Dutch people upbeat about economy
With the new year around the corner the Dutch are a bit more positive about the future of the Dutch economy than previous years, as shown by results of a study by the Social and Cultural Planning Bureau (SCP), Monday.The Dutch are also satisfied about their own financial situation. A whopping 79 percent rates their financial situation as adequate, and 72 percent of the surveyed does not expect a deterioration in the next few months.
The more positive reports about our economy reassure the Dutch. 'The general perception is that the worst is behind us and from now on things will only get better. This improves the way the Dutch view the future compared to the past few years,' explains researcher Josje den Ridder of SCP. 60 percent of the surveyed expects the economy to either remain the same or to even improve slightly.
The housing market is surrounded by a positive atmosphere, thanks to the upbeat reports about the economy. Den Ridder points to the improving housing market and statements from prime minister Rutte about the country doing better. 'The positive reports cause a sharp drop in the number of people who are pessimistic about the economy.'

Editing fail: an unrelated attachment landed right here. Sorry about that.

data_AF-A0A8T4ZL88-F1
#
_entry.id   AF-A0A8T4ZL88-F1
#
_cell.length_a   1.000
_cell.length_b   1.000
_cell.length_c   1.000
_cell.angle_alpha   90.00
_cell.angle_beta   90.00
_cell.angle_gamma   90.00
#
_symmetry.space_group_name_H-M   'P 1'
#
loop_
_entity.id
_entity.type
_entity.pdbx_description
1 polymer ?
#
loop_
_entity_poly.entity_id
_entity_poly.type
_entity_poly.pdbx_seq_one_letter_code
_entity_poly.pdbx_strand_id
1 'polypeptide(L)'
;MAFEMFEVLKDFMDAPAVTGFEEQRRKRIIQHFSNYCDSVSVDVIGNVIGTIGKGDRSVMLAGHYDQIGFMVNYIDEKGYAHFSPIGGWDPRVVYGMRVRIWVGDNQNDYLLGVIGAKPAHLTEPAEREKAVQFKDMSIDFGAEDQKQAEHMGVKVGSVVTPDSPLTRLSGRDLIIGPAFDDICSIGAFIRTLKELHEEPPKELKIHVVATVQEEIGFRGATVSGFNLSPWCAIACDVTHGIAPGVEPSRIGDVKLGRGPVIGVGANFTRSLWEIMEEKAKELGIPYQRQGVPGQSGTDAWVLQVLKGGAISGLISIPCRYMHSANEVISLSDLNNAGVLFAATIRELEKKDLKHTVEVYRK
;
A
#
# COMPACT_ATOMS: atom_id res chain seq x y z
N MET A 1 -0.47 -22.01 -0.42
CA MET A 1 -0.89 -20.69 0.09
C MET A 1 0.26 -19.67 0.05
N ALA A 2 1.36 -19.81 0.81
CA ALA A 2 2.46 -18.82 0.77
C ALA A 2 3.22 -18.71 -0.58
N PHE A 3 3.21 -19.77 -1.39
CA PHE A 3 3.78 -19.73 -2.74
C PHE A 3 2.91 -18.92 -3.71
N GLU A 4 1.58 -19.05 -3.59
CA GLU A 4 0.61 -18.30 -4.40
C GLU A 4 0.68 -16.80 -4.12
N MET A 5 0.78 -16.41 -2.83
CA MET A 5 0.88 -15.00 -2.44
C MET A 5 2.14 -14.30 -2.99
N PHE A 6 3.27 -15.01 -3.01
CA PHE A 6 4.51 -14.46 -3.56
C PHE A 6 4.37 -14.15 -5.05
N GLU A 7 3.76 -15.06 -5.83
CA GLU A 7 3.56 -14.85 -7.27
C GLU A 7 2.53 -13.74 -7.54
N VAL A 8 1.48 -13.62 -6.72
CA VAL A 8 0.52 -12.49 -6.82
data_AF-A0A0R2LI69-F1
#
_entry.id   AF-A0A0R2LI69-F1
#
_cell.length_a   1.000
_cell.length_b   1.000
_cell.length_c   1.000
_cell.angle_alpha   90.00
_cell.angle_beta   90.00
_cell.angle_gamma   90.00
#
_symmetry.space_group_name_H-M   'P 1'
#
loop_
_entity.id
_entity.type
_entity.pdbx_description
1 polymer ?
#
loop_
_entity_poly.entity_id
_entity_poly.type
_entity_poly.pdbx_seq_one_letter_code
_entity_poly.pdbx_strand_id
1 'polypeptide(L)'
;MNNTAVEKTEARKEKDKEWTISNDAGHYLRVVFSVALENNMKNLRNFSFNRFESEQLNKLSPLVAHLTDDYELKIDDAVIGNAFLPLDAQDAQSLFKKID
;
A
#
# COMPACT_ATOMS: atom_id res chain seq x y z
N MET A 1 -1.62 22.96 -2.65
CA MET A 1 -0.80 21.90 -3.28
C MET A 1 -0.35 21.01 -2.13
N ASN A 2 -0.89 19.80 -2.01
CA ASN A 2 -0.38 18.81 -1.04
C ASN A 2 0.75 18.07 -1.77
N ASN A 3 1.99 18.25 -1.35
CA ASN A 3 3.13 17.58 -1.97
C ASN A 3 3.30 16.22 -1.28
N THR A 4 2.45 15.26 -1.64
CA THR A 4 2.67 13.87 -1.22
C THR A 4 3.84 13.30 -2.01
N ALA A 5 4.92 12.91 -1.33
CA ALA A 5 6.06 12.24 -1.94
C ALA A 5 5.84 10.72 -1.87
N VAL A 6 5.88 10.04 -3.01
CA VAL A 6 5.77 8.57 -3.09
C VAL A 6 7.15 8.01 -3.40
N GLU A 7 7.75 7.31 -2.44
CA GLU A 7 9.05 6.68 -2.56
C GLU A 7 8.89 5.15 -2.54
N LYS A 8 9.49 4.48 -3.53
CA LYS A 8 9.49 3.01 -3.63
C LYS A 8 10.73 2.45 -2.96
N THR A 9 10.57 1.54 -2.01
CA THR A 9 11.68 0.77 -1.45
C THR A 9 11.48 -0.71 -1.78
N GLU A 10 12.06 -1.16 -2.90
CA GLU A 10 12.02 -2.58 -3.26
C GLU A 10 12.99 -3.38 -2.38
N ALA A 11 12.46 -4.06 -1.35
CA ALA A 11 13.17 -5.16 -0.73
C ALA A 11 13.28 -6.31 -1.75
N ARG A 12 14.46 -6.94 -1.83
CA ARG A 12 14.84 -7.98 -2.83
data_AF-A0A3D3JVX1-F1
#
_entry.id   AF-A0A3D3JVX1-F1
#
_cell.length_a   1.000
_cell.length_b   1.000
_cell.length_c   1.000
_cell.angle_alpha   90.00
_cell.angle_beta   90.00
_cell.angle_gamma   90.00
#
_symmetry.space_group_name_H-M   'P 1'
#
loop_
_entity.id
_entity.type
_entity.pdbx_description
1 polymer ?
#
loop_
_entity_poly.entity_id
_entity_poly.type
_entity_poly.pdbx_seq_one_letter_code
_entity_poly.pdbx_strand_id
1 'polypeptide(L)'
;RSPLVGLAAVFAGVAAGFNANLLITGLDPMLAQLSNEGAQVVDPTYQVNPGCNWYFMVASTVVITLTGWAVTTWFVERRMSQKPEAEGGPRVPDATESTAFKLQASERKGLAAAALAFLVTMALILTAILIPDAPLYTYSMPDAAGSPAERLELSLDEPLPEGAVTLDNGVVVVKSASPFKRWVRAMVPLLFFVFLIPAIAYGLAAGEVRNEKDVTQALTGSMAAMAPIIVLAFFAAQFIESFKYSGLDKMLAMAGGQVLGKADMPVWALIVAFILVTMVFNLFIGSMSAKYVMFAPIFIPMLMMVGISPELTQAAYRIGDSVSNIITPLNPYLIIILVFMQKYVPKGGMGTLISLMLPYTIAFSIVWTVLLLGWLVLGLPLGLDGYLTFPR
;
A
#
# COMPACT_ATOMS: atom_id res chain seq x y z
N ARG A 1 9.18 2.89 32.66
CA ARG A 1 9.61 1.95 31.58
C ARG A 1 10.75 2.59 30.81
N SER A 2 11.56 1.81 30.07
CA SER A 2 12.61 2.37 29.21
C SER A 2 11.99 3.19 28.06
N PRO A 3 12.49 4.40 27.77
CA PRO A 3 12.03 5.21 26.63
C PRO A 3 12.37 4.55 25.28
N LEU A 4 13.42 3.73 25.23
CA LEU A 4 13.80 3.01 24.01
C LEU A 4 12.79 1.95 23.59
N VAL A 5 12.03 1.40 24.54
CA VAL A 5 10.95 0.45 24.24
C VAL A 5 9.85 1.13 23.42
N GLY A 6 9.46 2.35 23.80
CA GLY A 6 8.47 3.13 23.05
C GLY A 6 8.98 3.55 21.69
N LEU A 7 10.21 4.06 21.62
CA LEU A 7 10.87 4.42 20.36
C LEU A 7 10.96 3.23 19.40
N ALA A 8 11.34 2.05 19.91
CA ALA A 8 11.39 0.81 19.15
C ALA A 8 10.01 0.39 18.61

Still, the Dutch are less optimistic than the Germans. Only 51 percent rates the national economy sufficient. 'The Germans were much more pessimistic about the economy at the start of the recession, in 2008,' according to Den Ridder. 'When it turned out they were doing better than most other countries in 2013, they felt better. The opposite happened in the Netherlands. During the summer of 2008 the Dutch thought the recession would not be too bad. Now that the recovery doesn't happen as fast as in other countries, the Dutch don't feel too optimistic.'
The trust in homeland politics is still relatively low, according to the report, but there is hope yet, according to the SCP researcher. The drop in trust in politics from earlier years does not continue, 'because less people are unsure,' says Den Ridder. 'By the signing of various agreements the political arena is once again calm. Early 2013, there was still a lot of uncertainty about the future: there were concerns about pensions, cuts and the health care system, causing negotiations again and again among politicians in The Hague. That seems to be behind us now, the peace has returned, and with that, increasing confidence.'